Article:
Text: J. R. Lowell to Edgar Allan Poe — June 27, 1844


Elmwood, June 27, 1844.

My Dear Friend, — I have been stealing a kind of vacation from the pen during the last month, & I hope that my lying fallow for a time will increase my future crops, though, I cannot bring myself to use the farmer’s phrase & wish them to be ‘heavier.’ Now I ought by this time to have finished the article to accompany your head in Graham, but I have been unable to write anything. I have fits of this kind too often owing to a Constitutional indolence which was not counteracted by proper training in my childhood. You may be sure I am not one of those who follow a fashion which is hardly yet extinct, & call upon the good, easy world to accept my faults in proof of my genius. I can only mention it to ask forgiveness for my dilatoriness which springs from no want of interest but from sheer indolence — a fault — which your acquaintance with Life & Biography must have convinced you is one of the most incurable. However, I am resolved to set about it now in good earnest — & I have one or two preliminary requests to make. I wish you would (if you can) write me a letter giving me in some sort a spiritual autobiography of yourself. The newspaper l you sent me will give me enough outward facts — but I want your own estimate of your life. Of course you need not write it as if for my use merely in the — writing of this article — but as to a friend. I believe that the opinion a man has of himself (if he be accustomed to self analysis) is of more worth than that of all the. rest of the world. If you have a copy of your first volume (of poems) will you send it to me by Harnden, directing it to be kept till called for & writing me a line by mail to warn me of its being on the way. I will return it to you by the same conveyance — as it must be valuable to you & as you have not probably more than one copy. I never saw it, nor can I get it. If you would send at the same time any other of your writings which I could not readily get you will oblige me very much & they shall be safely returned to you.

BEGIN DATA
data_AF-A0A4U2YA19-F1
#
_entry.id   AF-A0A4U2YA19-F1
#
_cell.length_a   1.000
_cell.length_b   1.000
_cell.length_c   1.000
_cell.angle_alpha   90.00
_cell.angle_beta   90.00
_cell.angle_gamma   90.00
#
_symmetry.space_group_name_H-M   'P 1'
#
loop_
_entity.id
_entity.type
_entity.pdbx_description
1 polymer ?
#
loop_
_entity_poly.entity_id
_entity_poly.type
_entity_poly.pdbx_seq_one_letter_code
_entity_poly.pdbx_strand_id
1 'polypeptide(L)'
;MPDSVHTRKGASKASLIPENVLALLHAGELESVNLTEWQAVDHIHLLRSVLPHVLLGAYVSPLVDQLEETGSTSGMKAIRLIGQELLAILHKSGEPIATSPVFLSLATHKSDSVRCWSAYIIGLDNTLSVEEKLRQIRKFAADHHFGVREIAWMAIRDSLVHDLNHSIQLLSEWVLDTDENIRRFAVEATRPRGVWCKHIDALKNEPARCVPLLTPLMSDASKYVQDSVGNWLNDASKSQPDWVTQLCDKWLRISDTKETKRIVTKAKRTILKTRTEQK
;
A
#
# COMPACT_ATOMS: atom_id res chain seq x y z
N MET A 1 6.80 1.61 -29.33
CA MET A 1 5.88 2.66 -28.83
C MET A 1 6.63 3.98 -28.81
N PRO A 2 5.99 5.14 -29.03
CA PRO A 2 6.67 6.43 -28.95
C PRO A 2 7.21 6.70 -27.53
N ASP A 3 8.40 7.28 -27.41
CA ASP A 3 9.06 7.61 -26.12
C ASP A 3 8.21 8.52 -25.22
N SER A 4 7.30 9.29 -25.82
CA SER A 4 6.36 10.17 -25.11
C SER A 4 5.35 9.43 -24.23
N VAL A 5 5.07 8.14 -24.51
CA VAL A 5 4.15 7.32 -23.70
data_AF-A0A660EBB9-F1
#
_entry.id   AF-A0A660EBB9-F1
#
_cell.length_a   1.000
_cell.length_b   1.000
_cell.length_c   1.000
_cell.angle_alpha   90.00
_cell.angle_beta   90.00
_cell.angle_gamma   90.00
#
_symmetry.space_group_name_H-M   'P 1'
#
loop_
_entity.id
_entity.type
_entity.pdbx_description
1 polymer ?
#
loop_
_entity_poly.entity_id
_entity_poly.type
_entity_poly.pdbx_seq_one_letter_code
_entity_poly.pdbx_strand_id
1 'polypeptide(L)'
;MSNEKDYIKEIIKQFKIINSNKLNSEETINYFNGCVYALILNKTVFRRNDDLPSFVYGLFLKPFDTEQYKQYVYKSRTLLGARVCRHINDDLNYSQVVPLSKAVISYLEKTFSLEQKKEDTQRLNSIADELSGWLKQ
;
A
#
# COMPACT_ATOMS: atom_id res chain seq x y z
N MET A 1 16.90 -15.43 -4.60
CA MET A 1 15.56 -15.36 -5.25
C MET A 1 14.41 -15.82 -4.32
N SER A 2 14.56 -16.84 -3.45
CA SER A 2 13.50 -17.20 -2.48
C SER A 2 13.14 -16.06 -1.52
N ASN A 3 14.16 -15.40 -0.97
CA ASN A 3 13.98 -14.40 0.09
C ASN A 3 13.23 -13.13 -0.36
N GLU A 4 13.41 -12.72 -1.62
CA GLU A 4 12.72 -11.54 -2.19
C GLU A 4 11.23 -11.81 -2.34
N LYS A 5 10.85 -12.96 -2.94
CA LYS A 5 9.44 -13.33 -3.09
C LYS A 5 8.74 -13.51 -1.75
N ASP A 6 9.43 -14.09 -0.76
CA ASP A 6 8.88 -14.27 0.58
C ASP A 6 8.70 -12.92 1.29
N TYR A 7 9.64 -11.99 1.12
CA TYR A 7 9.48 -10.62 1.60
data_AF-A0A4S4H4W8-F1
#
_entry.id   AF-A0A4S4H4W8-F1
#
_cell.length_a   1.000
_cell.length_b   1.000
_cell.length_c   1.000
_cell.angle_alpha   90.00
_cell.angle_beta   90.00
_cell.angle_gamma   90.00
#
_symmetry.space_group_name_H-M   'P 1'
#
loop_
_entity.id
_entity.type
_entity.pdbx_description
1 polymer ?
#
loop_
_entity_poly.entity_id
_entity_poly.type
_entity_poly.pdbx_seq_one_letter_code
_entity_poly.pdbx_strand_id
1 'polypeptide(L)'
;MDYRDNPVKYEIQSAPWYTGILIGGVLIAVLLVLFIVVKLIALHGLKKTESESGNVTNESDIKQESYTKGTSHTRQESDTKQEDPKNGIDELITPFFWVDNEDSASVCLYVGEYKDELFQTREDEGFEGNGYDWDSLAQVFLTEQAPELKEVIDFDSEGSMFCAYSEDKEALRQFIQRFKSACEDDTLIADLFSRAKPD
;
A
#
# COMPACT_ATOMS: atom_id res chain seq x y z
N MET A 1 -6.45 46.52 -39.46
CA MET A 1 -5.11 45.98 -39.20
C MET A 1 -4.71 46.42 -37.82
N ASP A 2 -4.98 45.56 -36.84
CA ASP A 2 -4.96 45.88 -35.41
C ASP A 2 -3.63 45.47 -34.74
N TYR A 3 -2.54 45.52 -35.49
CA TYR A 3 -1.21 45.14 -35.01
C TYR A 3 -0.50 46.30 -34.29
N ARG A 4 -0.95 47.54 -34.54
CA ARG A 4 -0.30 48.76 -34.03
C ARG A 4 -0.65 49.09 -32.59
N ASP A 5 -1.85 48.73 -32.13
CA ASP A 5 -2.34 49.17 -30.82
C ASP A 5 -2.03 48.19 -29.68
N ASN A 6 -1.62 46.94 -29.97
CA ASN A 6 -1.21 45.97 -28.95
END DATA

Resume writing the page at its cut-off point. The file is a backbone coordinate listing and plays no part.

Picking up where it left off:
I agree with you that the article on Griswold’s book in the Foreign Quarterly Review was fair enough as far as the Conclusions the author came to were concerned though at the same time I think him as ignorant in political matters as a man can well be — in short ignorant to the full to be a Reviewer — But you are mistaken as to the authorship of it. It was not I am quite sure written by Dickens, but by a friend of his named Forster (or Foster) — the author of a book named “Statesmen of the time of Cromwell.” Dickens may have given him hints. . . . .

I shall send you my sketch of course before it is printed, so that you may make any suggestions you like or suppress it altogether. I wish it to please you rather than the public.

Affectionately your friend
J. R. L.





[S:0 - MS, 18xx] - Edgar Allan Poe Society of Baltimore - Misc - Letters - James R. Lowell to Poe (RCL489)